Frequently Asked Questions About Arthroscopy

Arthroscopy FAQs

Arthroscopy is a detailed surgical procedure that allows your orthopedic specialist to look at the inside of a particular joint through a viewing instrument called an arthroscope. During this procedure, the doctor looks at the joint surfaces, as well as the other structures within the joint, such as the cartilage and ligaments. An arthroscopic examination allows the doctor to make a tiny incision in your skin and insert a pencil-sized instrument. The arthroscope has a small lens and lighting system used to illuminate and magnify the joint structures. The doctor can then visualize your joint on a TV monitor.

What does the word ‘arthroscopy’ mean?

The word ‘arthroscopy’ is derived from two separate Greek words, ‘arthro’ meaning joint, and ‘skopein’ meaning to look in. The term literally means “to look in the joint”.

Why is arthroscopy necessary?

The orthopedic specialist uses arthroscopy for diagnosis and repair. Some injuries can be diagnosed with x-rays, magnetic resonance imaging (MRI), or computed tomography (CT). Other injuries, however, require further diagnostic techniques. The arthroscope allows the surgeon to make a more accurate final diagnosis and repair the injury at the same time. Some of the common conditions found during arthroscopy include:

  • Inflammation: Swelling and redness of the lining of the shoulder, elbow, wrist, knee, or ankle
  • Shoulder: Injury to the rotator cuff tendon, injury to the biceps tendon, impingement syndrome, and recurrent dislocations
  • Knee: Meniscus tears, chondromalacia, and anterior cruciate ligament tears as well as evaluating damage to the joint surfaces
  • Wrist: Torn cartilage or loose bodies
  • Loose Bodies of Bone or Cartilage

What are some problems treated with arthroscopy?

The problems treated with arthroscopy include:

  • Reconstruction of the anterior cruciate ligament of the knee
  • Rotator cuff surgery
  • Removal of lose bone or cartilage
  • Repair of torn ligaments
  • Removal of inflamed synovium lining of the shoulder, knee, elbow, ankle, or wrist
  • Repair or removal of a torn meniscus of the knee

What joints are most frequently examined by arthroscopy?

There are six joints that are typically examined with the arthroscope. These include the knee, shoulder, elbow, ankle, hip, and wrist.

How is arthroscopy performed?

Arthroscopic surgery is less traumatic than traditional open surgery. The orthopedic specialist uses general or regional anesthesia, depending on which joint and the extent of the problem. A small, buttonhole sized incision is made on the skin to insert the arthroscope along with several other small incisions around the joint area.

The surgeon inserts the instruments through this incisions and uses the additional incisions to insert specially designed instruments used for repair. When indicated, the surgeon corrects the problem and repairs the damage as necessary.

After the procedure, the small incisions are closed with sutures or Steri-strips and covered with a dressing. You will be moved from the operating room to the recovery room. Most arthroscopic procedures are done on an outpatient basis.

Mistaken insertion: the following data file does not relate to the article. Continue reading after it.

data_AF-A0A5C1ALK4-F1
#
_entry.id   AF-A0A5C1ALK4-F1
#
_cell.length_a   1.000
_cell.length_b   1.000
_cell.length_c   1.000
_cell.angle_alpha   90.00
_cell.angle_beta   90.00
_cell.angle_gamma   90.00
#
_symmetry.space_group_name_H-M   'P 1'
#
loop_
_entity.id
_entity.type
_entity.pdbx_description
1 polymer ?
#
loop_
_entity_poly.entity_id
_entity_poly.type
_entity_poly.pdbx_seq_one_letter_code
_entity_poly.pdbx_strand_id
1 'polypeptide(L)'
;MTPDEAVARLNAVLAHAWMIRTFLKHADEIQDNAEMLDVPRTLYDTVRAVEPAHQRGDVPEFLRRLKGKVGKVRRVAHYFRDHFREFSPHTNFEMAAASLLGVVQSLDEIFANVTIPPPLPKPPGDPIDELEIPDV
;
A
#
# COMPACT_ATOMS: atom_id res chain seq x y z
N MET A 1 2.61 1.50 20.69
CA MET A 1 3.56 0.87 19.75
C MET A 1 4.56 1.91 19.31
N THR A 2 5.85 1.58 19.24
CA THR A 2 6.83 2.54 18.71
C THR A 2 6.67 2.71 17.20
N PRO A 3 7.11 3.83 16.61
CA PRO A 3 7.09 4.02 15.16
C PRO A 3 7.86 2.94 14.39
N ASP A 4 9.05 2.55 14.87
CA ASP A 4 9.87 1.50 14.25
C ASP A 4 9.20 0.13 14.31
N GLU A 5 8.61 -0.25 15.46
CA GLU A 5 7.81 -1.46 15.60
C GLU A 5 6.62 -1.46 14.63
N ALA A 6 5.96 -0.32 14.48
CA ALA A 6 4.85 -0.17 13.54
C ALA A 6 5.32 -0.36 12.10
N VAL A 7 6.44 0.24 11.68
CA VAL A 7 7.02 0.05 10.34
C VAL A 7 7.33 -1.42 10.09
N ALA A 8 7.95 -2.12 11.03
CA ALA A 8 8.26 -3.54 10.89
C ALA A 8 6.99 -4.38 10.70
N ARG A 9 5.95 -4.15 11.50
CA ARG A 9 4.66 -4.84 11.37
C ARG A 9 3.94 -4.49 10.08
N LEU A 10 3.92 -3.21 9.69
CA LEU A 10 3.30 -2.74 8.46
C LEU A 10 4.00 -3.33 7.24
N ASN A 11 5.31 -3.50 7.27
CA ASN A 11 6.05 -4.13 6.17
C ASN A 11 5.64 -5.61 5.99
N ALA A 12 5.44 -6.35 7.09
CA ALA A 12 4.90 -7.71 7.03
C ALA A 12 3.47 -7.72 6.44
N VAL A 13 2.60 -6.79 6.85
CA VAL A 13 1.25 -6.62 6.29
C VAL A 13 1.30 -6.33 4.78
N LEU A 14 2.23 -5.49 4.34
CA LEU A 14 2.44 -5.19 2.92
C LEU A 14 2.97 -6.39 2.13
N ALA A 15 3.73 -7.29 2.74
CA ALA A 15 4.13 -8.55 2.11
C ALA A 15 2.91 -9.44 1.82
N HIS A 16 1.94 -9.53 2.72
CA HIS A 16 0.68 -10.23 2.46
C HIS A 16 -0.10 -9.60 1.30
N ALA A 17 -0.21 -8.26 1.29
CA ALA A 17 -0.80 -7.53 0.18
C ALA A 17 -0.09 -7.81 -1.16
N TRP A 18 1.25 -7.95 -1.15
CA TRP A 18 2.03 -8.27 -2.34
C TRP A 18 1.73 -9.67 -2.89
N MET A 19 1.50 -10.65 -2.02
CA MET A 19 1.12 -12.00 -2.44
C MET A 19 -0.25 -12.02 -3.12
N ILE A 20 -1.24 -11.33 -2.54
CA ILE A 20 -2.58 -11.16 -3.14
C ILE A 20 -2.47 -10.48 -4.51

Before you are discharged to home, you will be given instructions about how to care for your wounds, what activities to avoid, and which exercises to perform to aid your recovery. The sutures will be removed during your follow-up visit.

What are the possible complications of arthroscopy?

Although complications are rare, they do occasionally occur following arthroscopy. These include blood clots of a vein, infection, excessive swelling, bleeding, damage to blood vessels or nerves, and muscle damage.

What are the advantages of arthroscopy?

Arthroscopic surgery allows quicker recovery time and less pain because less muscle and tissue are disturbed during the procedure, as compared to traditional open surgery. Most patients are treated as outpatients and are home several hours after the operation.

What is recovery like after arthroscopy?

The small incisions take several days to heal. The orthopedic specialist will instruct you as to when the surgical dressing can be removed. The pain in the joint is minimal but may take several weeks to maximally recover. The orthopedic specialist will develop a tailored rehabilitation plan for you to follow. This will depend on the joint that was worked on, the degree and severity of your injury or condition, and your current health status. Most athletes are able to return to their usual athletic activities within a few weeks, and other patients return to normal activities in a short time.

How does arthroscopy feel?

If you are given a general anesthetic, you will be unconscious and not feel anything during your operation. If you receive regional anesthesia, your arm or leg will be numb for several hours. You will not feel anything during the procedure either.

Expect to have some mild soreness and pain following your arthroscopic procedure. The orthopedic specialist will prescribe some pain medicine for you to use, and advise you to apply ice to your joint. This helps reduce pain and swelling. Be sure to keep your bandages clean and dry while the joint heals.

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About Jonathan Franklin

Jonathan Franklin, MD (Retired) Dr. Franklin is a board-certified orthopedic surgeon with a clinical focus in arthroscopic and reconstructive knee surgery, arthroscopic shoulder surgery, as well as knee replacement surgery. Dr. Franklin has a strong background in sports medicine, and treats many high school, as well as recreational and professional athletes for a wide variety of sports injuries.